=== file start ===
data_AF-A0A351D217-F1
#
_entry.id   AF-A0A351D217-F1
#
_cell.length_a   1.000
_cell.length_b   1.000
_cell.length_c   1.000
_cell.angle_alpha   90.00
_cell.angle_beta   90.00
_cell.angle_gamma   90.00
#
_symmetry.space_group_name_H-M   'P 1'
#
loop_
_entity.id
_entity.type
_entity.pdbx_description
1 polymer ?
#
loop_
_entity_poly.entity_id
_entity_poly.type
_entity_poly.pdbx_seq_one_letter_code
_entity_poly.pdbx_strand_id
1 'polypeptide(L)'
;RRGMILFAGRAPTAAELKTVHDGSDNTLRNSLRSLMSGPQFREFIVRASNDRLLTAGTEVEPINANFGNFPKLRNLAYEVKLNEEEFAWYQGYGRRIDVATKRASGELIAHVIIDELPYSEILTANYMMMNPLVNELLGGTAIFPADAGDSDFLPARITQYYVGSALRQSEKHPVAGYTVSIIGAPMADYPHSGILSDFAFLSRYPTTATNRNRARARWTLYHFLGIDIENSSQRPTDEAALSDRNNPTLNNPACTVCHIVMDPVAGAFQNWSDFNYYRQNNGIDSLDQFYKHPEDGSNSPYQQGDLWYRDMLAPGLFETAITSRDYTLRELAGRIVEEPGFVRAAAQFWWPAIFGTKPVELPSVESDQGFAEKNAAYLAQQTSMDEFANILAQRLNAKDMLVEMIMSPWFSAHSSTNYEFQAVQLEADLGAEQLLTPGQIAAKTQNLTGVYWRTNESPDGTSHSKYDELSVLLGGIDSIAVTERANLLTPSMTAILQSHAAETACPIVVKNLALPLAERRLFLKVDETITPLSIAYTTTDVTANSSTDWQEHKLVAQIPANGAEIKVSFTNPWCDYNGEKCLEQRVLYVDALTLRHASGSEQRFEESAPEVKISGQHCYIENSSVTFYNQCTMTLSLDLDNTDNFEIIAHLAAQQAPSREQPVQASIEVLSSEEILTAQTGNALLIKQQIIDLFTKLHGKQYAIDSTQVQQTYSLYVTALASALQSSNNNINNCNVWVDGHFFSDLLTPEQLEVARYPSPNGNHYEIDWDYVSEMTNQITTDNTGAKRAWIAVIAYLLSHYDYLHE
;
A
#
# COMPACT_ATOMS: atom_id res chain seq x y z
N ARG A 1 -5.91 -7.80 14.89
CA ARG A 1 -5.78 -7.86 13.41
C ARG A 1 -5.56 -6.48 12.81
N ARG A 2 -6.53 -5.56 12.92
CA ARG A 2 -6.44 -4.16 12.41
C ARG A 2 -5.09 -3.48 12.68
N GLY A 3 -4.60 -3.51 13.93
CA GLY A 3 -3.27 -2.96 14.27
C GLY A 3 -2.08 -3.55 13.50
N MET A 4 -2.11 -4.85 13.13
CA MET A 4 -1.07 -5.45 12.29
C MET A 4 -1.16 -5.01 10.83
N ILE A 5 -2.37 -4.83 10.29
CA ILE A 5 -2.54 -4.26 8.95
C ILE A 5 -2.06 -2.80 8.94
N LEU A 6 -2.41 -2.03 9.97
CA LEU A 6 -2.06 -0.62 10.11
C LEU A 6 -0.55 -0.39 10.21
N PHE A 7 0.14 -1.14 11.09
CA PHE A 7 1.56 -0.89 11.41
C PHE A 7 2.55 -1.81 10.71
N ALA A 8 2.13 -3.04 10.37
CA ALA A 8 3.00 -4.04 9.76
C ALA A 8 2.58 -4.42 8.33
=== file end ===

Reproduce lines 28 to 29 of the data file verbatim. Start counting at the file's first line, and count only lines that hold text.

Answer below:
A
#